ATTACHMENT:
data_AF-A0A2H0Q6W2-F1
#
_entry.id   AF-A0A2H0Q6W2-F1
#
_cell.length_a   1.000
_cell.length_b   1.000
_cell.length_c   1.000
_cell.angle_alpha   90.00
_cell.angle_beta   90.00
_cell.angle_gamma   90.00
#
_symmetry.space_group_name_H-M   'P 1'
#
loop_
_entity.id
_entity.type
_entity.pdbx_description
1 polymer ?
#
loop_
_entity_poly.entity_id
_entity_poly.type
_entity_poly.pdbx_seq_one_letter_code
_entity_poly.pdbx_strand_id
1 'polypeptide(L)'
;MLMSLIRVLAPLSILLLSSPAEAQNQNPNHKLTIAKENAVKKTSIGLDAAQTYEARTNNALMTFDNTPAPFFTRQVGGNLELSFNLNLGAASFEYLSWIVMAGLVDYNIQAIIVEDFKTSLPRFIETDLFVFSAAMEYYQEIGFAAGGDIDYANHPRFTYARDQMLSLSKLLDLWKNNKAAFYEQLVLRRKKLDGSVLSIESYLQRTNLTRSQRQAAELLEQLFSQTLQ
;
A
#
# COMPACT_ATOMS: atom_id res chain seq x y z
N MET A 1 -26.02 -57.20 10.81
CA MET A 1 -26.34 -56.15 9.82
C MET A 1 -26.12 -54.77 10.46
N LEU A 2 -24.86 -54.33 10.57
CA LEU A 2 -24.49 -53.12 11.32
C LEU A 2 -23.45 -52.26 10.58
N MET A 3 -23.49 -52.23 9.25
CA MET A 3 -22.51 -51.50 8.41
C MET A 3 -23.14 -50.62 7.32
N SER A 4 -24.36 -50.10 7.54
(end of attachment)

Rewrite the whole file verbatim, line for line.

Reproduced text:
data_AF-A0A2H0Q6W2-F1
#
_entry.id   AF-A0A2H0Q6W2-F1
#
_cell.length_a   1.000
_cell.length_b   1.000
_cell.length_c   1.000
_cell.angle_alpha   90.00
_cell.angle_beta   90.00
_cell.angle_gamma   90.00
#
_symmetry.space_group_name_H-M   'P 1'
#
loop_
_entity.id
_entity.type
_entity.pdbx_description
1 polymer ?
#
loop_
_entity_poly.entity_id
_entity_poly.type
_entity_poly.pdbx_seq_one_letter_code
_entity_poly.pdbx_strand_id
1 'polypeptide(L)'
;MLMSLIRVLAPLSILLLSSPAEAQNQNPNHKLTIAKENAVKKTSIGLDAAQTYEARTNNALMTFDNTPAPFFTRQVGGNLELSFNLNLGAASFEYLSWIVMAGLVDYNIQAIIVEDFKTSLPRFIETDLFVFSAAMEYYQEIGFAAGGDIDYANHPRFTYARDQMLSLSKLLDLWKNNKAAFYEQLVLRRKKLDGSVLSIESYLQRTNLTRSQRQAAELLEQLFSQTLQ
;
A
#
# COMPACT_ATOMS: atom_id res chain seq x y z
N MET A 1 -26.02 -57.20 10.81
CA MET A 1 -26.34 -56.15 9.82
C MET A 1 -26.12 -54.77 10.46
N LEU A 2 -24.86 -54.33 10.57
CA LEU A 2 -24.49 -53.12 11.32
C LEU A 2 -23.45 -52.26 10.58
N MET A 3 -23.49 -52.23 9.25
CA MET A 3 -22.51 -51.50 8.41
C MET A 3 -23.14 -50.62 7.32
N SER A 4 -24.36 -50.10 7.54